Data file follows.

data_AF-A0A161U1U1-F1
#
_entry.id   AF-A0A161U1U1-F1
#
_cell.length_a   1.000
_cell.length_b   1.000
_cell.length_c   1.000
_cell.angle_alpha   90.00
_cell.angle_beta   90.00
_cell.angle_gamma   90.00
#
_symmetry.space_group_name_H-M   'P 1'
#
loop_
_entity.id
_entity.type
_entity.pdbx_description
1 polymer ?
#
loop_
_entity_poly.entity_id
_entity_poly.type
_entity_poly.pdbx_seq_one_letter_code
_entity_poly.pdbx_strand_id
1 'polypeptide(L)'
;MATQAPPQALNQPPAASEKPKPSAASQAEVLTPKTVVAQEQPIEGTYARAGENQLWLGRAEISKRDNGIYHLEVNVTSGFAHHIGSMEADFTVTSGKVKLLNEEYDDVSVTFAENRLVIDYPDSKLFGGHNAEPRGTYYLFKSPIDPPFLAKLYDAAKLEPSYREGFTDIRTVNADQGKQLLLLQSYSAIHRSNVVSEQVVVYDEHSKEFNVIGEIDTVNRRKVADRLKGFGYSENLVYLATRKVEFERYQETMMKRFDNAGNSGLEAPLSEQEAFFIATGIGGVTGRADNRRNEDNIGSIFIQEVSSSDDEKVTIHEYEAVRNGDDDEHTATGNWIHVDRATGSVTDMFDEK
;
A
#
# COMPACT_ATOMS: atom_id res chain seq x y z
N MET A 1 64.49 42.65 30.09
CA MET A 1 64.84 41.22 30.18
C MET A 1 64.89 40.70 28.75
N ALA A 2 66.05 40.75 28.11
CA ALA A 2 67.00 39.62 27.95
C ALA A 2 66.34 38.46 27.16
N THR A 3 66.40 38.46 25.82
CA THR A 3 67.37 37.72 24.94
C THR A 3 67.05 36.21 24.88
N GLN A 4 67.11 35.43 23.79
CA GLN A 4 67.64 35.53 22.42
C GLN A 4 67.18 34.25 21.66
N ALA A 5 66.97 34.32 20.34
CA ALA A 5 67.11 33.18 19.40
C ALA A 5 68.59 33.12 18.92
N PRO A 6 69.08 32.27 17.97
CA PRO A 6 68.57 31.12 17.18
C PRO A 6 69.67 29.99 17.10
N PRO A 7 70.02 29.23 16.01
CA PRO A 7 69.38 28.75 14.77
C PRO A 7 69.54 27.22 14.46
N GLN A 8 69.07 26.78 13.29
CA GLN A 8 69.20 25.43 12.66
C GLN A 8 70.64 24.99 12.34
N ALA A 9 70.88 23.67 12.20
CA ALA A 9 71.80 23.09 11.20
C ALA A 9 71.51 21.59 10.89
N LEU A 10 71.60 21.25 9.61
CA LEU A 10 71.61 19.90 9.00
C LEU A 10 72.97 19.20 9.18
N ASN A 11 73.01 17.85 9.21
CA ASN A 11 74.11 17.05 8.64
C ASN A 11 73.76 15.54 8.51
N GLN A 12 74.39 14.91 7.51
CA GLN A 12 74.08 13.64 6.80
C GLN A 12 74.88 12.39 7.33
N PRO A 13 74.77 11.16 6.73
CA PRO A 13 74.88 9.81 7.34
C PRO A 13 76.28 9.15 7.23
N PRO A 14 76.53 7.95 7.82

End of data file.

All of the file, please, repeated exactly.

data_AF-A0A161U1U1-F1
#
_entry.id   AF-A0A161U1U1-F1
#
_cell.length_a   1.000
_cell.length_b   1.000
_cell.length_c   1.000
_cell.angle_alpha   90.00
_cell.angle_beta   90.00
_cell.angle_gamma   90.00
#
_symmetry.space_group_name_H-M   'P 1'
#
loop_
_entity.id
_entity.type
_entity.pdbx_description
1 polymer ?
#
loop_
_entity_poly.entity_id
_entity_poly.type
_entity_poly.pdbx_seq_one_letter_code
_entity_poly.pdbx_strand_id
1 'polypeptide(L)'
;MATQAPPQALNQPPAASEKPKPSAASQAEVLTPKTVVAQEQPIEGTYARAGENQLWLGRAEISKRDNGIYHLEVNVTSGFAHHIGSMEADFTVTSGKVKLLNEEYDDVSVTFAENRLVIDYPDSKLFGGHNAEPRGTYYLFKSPIDPPFLAKLYDAAKLEPSYREGFTDIRTVNADQGKQLLLLQSYSAIHRSNVVSEQVVVYDEHSKEFNVIGEIDTVNRRKVADRLKGFGYSENLVYLATRKVEFERYQETMMKRFDNAGNSGLEAPLSEQEAFFIATGIGGVTGRADNRRNEDNIGSIFIQEVSSSDDEKVTIHEYEAVRNGDDDEHTATGNWIHVDRATGSVTDMFDEK
;
A
#
# COMPACT_ATOMS: atom_id res chain seq x y z
N MET A 1 64.49 42.65 30.09
CA MET A 1 64.84 41.22 30.18
C MET A 1 64.89 40.70 28.75
N ALA A 2 66.05 40.75 28.11
CA ALA A 2 67.00 39.62 27.95
C ALA A 2 66.34 38.46 27.16
N THR A 3 66.40 38.46 25.82
CA THR A 3 67.37 37.72 24.94
C THR A 3 67.05 36.21 24.88
N GLN A 4 67.11 35.43 23.79
CA GLN A 4 67.64 35.53 22.42
C GLN A 4 67.18 34.25 21.66
N ALA A 5 66.97 34.32 20.34
CA ALA A 5 67.11 33.18 19.40
C ALA A 5 68.59 33.12 18.92
N PRO A 6 69.08 32.27 17.97
CA PRO A 6 68.57 31.12 17.18
C PRO A 6 69.67 29.99 17.10
N PRO A 7 70.02 29.23 16.01
CA PRO A 7 69.38 28.75 14.77
C PRO A 7 69.54 27.22 14.46
N GLN A 8 69.07 26.78 13.29
CA GLN A 8 69.20 25.43 12.66
C GLN A 8 70.64 24.99 12.34
N ALA A 9 70.88 23.67 12.20
CA ALA A 9 71.80 23.09 11.20
C ALA A 9 71.51 21.59 10.89
N LEU A 10 71.60 21.25 9.61
CA LEU A 10 71.61 19.90 9.00
C LEU A 10 72.97 19.20 9.18
N ASN A 11 73.01 17.85 9.21
CA ASN A 11 74.11 17.05 8.64
C ASN A 11 73.76 15.54 8.51
N GLN A 12 74.39 14.91 7.51
CA GLN A 12 74.08 13.64 6.80
C GLN A 12 74.88 12.39 7.33
N PRO A 13 74.77 11.16 6.73
CA PRO A 13 74.88 9.81 7.34
C PRO A 13 76.28 9.15 7.23
N PRO A 14 76.53 7.95 7.82